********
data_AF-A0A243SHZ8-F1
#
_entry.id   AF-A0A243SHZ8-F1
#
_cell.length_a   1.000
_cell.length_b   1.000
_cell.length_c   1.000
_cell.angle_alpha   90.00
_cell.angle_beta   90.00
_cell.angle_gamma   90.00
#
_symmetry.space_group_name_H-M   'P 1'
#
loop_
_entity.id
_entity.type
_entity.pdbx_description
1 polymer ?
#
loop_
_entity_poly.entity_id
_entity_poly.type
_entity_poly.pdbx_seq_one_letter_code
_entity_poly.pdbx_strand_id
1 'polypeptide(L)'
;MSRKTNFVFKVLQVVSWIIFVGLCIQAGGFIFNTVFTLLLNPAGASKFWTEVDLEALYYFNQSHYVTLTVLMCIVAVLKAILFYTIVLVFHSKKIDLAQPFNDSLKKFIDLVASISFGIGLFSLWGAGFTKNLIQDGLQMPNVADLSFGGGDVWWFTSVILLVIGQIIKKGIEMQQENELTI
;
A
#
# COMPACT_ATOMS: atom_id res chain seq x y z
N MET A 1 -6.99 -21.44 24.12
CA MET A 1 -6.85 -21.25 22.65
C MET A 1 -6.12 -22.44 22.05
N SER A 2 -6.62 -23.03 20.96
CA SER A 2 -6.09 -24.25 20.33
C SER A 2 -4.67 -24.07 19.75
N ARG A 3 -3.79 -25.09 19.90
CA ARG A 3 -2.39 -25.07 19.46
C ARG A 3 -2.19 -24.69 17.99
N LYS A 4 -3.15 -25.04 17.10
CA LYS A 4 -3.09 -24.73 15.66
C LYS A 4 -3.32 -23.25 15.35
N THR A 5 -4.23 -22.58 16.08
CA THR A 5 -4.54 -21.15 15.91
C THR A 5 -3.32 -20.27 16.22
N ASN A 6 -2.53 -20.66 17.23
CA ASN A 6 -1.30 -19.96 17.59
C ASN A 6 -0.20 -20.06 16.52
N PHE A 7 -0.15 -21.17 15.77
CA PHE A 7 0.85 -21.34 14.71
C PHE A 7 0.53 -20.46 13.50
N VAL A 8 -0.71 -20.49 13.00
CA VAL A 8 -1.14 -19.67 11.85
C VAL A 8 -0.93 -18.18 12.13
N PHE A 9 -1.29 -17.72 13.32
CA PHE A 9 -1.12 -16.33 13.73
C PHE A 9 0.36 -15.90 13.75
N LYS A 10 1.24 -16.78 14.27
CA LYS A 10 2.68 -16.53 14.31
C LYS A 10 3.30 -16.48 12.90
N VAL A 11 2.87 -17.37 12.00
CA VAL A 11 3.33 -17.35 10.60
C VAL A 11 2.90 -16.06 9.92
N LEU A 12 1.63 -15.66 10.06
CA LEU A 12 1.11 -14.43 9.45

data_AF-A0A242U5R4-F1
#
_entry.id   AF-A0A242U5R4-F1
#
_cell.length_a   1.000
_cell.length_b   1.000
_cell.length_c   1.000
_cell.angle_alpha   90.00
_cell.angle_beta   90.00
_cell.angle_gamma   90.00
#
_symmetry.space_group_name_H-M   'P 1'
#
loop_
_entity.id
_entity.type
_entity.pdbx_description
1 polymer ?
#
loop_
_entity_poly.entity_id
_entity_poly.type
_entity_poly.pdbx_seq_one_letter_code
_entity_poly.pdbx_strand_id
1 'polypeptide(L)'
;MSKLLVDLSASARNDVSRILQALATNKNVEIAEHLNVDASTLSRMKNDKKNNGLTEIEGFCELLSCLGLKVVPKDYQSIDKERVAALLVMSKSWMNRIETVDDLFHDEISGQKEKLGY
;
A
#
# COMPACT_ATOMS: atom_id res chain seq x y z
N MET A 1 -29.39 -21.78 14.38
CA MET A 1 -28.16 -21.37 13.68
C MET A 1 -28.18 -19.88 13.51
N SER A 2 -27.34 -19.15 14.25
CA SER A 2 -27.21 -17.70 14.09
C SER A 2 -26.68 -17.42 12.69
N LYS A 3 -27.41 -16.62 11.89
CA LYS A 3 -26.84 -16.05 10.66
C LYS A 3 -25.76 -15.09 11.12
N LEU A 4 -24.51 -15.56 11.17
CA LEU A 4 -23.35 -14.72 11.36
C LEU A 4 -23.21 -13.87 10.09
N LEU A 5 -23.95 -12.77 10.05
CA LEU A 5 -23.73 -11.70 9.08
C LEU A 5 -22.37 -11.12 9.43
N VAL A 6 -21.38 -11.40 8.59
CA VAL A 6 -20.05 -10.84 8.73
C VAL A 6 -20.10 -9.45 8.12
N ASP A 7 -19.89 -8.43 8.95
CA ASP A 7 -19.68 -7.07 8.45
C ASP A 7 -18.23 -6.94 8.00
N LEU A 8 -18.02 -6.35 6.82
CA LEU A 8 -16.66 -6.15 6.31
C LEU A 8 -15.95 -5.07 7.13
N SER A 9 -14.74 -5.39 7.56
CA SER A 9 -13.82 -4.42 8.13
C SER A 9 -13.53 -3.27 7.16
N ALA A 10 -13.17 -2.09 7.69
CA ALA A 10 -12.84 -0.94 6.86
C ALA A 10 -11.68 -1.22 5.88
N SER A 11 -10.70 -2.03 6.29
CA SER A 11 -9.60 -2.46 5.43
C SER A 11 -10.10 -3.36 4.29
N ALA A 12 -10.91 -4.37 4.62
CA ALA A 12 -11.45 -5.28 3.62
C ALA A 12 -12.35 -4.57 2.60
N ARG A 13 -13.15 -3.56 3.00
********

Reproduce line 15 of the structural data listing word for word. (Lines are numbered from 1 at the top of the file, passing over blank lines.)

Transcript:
_entity.id